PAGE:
Originally Posted by milkpowder View Post
I don't think Erik needs anyone to make him feel better. We all know the pros/cons and the pros are indeed very attractive. He doesn't needs to feel insecure for going down the Olympus path, and I'm certain that he doesn't feel that way at all. Because of this thread, I went to a camera shop yesterday and had a play around with the E-3. It seems absolutely superb. The feel, the looks, and the ergonomics are great.
I think most of us feel that we are working to balance the pros & cons of our respective systems, real or imagined (optical, electronic or the dreaded firmware issues that no system seems to be immune from). For me, a big step from the E500 to the E3 was in the viewfinder. The early 4/3rds cameras were a little tunnel-like in that department, especially for someone wearing glasses. The system continues to evolve and I obviously hope it continues to have enough market share to justify supporting the format. When I bought into the format I spent quite a lot of time looking at Oly/Zuiko specific searches within sites like Flickr and even the original E1 is capable of some beautiful imagery.
post #84 of 157
Thread Starter 
Quote:
Originally Posted by milkpowder View Post
I don't think Erik needs anyone to make him feel better.
Only my Mommy! Seriously, the reason I started this thread is as jpelg points out, to discuss the merits of the Olympus system and to perhaps share some experiences, tips, photos and other thoughts regarding the same. While the thread has not turned out completely as I had originally intended, I've found the discussion interesting, informative and relatively civil. I spent time researching various DSLR systems prior to buying and I can honestly say several months in that I have no regrets. The reasons I chose Olympus are still valid for me and I have not suffered one moment of buyer's remorse.

Quote:
Digital viewfinders are too limited in resolution. It would prove near impossible to manually focus. God forbid the use of digital viewfinders!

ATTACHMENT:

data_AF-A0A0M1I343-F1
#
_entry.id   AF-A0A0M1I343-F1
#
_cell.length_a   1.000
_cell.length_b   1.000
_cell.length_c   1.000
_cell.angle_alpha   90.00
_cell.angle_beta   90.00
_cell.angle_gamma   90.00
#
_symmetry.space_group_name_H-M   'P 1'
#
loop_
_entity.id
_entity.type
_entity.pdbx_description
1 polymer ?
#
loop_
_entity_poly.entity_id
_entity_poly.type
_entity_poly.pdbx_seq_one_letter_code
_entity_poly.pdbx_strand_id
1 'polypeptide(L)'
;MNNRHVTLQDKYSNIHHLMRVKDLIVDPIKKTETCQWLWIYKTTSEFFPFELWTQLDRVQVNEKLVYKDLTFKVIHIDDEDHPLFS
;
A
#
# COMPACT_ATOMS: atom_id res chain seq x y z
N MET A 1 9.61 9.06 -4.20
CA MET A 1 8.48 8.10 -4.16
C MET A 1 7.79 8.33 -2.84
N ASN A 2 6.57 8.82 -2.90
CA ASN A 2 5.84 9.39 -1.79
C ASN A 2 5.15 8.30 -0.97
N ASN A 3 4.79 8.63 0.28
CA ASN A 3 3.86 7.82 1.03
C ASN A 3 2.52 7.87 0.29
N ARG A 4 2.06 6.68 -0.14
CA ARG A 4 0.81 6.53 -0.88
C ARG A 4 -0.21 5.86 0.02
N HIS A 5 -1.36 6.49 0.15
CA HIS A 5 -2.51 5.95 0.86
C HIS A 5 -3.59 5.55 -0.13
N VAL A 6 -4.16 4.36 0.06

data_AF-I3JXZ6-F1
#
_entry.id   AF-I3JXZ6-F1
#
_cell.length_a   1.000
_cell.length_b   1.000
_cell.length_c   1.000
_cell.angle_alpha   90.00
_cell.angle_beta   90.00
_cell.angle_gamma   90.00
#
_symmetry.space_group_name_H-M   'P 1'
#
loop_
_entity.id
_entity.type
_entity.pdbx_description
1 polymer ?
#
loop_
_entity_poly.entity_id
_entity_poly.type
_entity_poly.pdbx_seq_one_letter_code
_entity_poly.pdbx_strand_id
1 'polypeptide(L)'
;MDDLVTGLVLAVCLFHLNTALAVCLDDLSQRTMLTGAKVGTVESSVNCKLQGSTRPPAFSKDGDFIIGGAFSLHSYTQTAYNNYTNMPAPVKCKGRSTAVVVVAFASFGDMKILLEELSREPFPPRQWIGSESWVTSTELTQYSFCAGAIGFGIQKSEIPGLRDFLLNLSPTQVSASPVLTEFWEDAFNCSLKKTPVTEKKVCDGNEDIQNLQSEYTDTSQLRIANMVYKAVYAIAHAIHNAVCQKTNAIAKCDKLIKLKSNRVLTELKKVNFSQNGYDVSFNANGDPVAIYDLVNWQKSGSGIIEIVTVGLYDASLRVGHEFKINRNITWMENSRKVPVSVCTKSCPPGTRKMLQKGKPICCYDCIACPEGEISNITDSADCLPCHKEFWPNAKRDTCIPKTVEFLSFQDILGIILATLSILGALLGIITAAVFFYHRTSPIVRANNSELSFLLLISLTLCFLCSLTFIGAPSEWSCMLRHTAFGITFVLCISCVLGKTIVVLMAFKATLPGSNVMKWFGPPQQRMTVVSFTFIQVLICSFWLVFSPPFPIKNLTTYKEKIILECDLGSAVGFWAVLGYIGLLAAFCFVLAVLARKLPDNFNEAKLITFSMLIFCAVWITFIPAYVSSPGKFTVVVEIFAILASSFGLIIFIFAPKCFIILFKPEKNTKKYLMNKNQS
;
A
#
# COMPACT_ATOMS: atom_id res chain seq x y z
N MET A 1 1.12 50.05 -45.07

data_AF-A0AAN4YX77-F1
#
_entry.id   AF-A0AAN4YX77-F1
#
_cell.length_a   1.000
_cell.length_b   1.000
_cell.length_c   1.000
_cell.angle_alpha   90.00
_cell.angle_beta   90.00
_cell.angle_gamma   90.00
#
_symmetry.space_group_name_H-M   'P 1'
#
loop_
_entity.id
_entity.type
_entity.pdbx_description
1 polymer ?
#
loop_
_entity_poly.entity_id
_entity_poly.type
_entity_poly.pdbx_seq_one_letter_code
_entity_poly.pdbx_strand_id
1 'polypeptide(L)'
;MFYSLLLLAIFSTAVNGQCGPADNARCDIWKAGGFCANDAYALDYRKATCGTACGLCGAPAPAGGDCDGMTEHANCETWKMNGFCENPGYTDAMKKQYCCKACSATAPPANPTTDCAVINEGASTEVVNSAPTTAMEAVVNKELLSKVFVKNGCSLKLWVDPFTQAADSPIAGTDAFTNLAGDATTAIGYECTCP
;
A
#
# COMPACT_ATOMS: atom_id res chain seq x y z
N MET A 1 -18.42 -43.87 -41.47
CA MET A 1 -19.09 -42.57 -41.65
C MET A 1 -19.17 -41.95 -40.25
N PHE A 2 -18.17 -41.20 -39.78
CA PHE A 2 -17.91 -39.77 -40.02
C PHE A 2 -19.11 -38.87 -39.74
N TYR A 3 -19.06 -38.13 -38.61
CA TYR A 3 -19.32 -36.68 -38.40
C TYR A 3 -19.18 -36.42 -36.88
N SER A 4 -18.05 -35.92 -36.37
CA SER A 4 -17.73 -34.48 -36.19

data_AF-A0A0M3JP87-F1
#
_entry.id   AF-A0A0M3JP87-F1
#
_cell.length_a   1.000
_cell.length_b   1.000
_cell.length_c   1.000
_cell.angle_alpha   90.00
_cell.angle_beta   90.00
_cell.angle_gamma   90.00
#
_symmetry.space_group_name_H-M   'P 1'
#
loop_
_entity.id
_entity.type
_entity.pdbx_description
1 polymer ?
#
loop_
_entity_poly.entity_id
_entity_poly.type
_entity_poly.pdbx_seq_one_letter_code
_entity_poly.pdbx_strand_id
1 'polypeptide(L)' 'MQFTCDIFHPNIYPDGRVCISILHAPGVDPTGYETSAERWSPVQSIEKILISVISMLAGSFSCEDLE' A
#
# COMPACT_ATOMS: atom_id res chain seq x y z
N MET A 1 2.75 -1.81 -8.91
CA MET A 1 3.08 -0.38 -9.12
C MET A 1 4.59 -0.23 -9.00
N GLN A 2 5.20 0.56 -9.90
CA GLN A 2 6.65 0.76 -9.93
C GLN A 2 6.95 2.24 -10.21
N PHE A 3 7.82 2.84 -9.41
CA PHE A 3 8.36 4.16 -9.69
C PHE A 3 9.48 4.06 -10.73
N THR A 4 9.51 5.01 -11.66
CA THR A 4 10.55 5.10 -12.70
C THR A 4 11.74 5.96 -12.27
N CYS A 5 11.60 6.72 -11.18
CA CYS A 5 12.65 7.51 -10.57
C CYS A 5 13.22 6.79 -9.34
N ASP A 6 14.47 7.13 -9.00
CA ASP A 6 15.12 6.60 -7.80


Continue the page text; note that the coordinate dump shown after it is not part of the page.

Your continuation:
Actually, for macro photography the Olympus Live View could be quite useful. You can digitally zoom in up to 14x so you can nail the focus manually. The magnification of the viewfinder is not translated to the image. Here is an image that could have benefited from using Live View instead of the standard view finder.



If had known what I was doing at the time, I would have switched to Live View, zoomed in, and manually adjusted the focus so the eye, instead of the wing, would be spot on. Trying to nail this shot without using Live View would be particularly difficult at such close range (at least for me).


Quote:
Can you see in-body stabilisation through "live view"?
No, you cannot. The in-body stabilization works by moving the sensor in anticipation of the camera's movements. You can't see exactly what the sensor is seeing even in Live View.
post #85 of 157
Quote:
Originally Posted by erikzen View Post
Actually, for macro photography the Olympus Live View could be quite useful. You can digitally zoom in up to 14x so you can nail the focus manually. The magnification of the viewfinder is not translated to the image. Here is an image that could have benefited from using Live View instead of the standard view finder.
Actually, what dj_mocok is referring to is manually focussing for normal/portraiture photos, not macros or whatnot - Live View is definitely superior for that sort of work. The image in the viewfinder is already quite small, using a digital viewfinder with necessarily limited resolution will make it quite a bit harder to focus.
post #86 of 157